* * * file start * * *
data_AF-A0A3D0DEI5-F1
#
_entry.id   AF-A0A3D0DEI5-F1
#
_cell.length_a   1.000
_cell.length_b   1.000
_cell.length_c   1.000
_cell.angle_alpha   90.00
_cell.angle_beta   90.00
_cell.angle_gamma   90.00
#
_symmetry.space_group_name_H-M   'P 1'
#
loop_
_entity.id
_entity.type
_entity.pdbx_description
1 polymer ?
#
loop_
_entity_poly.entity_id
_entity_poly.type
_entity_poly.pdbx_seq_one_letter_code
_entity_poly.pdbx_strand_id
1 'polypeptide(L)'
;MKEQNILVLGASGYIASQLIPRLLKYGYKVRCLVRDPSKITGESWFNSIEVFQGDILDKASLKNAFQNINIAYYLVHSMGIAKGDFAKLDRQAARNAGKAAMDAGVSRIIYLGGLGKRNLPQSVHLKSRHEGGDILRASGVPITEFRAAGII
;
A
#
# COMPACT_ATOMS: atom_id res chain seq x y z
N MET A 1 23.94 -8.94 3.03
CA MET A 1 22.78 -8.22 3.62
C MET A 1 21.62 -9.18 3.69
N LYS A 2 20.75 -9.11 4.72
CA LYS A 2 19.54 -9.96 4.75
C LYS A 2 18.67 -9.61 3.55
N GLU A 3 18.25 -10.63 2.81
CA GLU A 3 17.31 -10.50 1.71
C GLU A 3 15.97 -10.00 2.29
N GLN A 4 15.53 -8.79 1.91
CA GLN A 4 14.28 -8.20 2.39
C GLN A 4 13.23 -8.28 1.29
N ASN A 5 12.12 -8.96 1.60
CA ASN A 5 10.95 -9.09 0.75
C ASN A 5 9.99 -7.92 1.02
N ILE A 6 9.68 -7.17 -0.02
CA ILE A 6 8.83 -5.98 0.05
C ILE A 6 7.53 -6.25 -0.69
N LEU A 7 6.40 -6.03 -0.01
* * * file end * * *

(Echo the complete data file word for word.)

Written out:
data_AF-A0A3D0DEI5-F1
#
_entry.id   AF-A0A3D0DEI5-F1
#
_cell.length_a   1.000
_cell.length_b   1.000
_cell.length_c   1.000
_cell.angle_alpha   90.00
_cell.angle_beta   90.00
_cell.angle_gamma   90.00
#
_symmetry.space_group_name_H-M   'P 1'
#
loop_
_entity.id
_entity.type
_entity.pdbx_description
1 polymer ?
#
loop_
_entity_poly.entity_id
_entity_poly.type
_entity_poly.pdbx_seq_one_letter_code
_entity_poly.pdbx_strand_id
1 'polypeptide(L)'
;MKEQNILVLGASGYIASQLIPRLLKYGYKVRCLVRDPSKITGESWFNSIEVFQGDILDKASLKNAFQNINIAYYLVHSMGIAKGDFAKLDRQAARNAGKAAMDAGVSRIIYLGGLGKRNLPQSVHLKSRHEGGDILRASGVPITEFRAAGII
;
A
#
# COMPACT_ATOMS: atom_id res chain seq x y z
N MET A 1 23.94 -8.94 3.03
CA MET A 1 22.78 -8.22 3.62
C MET A 1 21.62 -9.18 3.69
N LYS A 2 20.75 -9.11 4.72
CA LYS A 2 19.54 -9.96 4.75
C LYS A 2 18.67 -9.61 3.55
N GLU A 3 18.25 -10.63 2.81
CA GLU A 3 17.31 -10.50 1.71
C GLU A 3 15.97 -10.00 2.29
N GLN A 4 15.53 -8.79 1.91
CA GLN A 4 14.28 -8.20 2.39
C GLN A 4 13.23 -8.28 1.29
N ASN A 5 12.12 -8.96 1.60
CA ASN A 5 10.95 -9.09 0.75
C ASN A 5 9.99 -7.92 1.02
N ILE A 6 9.68 -7.17 -0.02
CA ILE A 6 8.83 -5.98 0.05
C ILE A 6 7.53 -6.25 -0.69
N LEU A 7 6.40 -6.03 -0.01